the biggest hacks, leaks and data breaches of 2016

Historical hacks come back to haunt, and fresh breaches bite our behinds

This was the year when many historical hacks came back to bite millions just as they were least expecting it. The uptick in delayed reporting contributed to almost 3,000 publicly data breaches this year alone — exposing more than 2.2 billion records. And the year isn’t even over yet.

Even as we approach December 31, there’s no sign of it ending. Let’s take a look back at some of the biggest — and most dangerous — hacks and leaks so far.

FBI hacked terrorist’s iPhone 5c

Should Apple help the FBI unlock a terrorist’s phone? Apple said yes, but not at the expense of everyone else’s security and privacy. The FBI brought a case against Apple to compel it to help its agents break into the iPhone of one of the San Bernardino shooters, who killed 14 people and injured dozens in the terrorist attack in December. Apple refused to help the feds “backdoor” its own product, arguing that it can’t crack the encryption, and lodged a formal appeal. The FBI eventually buckled under public pressure, but not before hiring hackers to break into the phone at the last minute. It set in motion a chain reaction of proposed laws and measures to try to ensure that Apple could never be above the law.

Linux Mint ‘backdoored’ by hacker

Linux Mint remains one of the most popular Linux distributions. That in part made it the target by one hacker, who inserted a backdoor in the operating system and hacked the project’s website to trick users into downloading the malicious version. Hundreds of users downloaded the affected build. The hacker, who goes by the name of Peace (who was instrumental in other hacks) explained how he did it.

SWIFT took numerous hits this year

The global financial messaging system, SWIFT, revealed a new security plan in the wake of a massive $81 million cyber heist from a Bangladeshi bank earlier this year. After learning how the system worked, the cyberattackers took the bank’s SWIFT code and made a series of transaction requests for cash to be sent from the country’s New York-based account to entities across Asia. It was shoddy security at its worst, but lessons were eventually learned.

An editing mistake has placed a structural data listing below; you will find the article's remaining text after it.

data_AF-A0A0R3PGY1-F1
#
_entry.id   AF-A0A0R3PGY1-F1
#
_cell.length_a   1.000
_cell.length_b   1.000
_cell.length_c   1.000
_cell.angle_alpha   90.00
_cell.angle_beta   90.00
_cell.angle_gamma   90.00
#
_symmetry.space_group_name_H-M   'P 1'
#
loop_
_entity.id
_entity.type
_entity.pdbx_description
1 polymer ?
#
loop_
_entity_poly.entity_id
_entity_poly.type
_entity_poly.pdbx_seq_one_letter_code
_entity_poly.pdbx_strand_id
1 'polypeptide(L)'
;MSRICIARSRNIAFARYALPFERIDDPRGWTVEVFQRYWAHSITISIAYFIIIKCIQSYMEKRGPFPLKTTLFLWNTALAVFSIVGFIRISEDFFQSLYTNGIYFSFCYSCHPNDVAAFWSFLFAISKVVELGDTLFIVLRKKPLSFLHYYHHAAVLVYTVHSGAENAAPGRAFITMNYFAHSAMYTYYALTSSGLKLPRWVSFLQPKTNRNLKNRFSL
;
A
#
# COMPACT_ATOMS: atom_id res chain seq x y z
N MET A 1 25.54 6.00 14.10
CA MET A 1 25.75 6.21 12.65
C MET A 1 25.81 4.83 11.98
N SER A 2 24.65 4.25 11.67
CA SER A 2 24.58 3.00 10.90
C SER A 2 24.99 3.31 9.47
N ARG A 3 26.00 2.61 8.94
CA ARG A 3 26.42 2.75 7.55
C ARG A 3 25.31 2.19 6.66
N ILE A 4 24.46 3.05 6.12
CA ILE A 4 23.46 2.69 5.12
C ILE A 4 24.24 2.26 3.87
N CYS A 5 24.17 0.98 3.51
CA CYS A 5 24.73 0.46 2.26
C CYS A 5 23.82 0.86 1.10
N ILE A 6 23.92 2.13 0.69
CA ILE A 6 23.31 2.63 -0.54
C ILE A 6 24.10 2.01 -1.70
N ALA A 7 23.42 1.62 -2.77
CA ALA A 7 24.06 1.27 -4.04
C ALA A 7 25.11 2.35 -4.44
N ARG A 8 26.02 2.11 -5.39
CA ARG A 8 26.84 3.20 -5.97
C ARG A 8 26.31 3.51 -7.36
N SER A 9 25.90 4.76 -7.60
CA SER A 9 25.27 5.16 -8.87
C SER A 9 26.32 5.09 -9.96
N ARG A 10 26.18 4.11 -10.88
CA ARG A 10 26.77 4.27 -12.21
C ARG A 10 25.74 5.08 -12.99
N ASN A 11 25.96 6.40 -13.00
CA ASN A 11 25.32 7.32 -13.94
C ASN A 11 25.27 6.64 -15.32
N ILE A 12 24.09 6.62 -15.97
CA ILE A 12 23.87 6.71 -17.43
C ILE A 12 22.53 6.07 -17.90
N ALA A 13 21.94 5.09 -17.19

Trump’s organizations were hit again and again

Well, at least something good happened to Trump this year — for a while, things weren’t looking great. The alleged billionaire’s hotel chain was attacked twice in as many years — including once in April. It’s not all surprising given that his organization was using horribly insecure and unpatched systems that dated back more than a decade. Then, Trump’s presidential campaign leaked the resumes of prospective interns, including their names, addresses, and in some cases sensitive employment details. Let’s hope his cybersecurity strategy is better when he’s in office.

LinkedIn hack hits the headlines — for a second time

If 2016 was anything, it was the year of the repeatedly broken records. LinkedIn was the first of many hack records that was met (and later surpassed) this year. The business networking company was first hit in 2012, but the scale of the attack was only realized this year when the number of records stolen shot up by almost twenty-fold to 117 million accounts. If that wasn’t bad enough, most of the passwords were ridiculously bad — like “123456” and “linkedin.” The alleged hacker was eventually caught in the Czech Republic.

Read the rest of the list on ZDNet here: http://zd.net/2fWqBdy

2017-07-28T13:18:29+00:00

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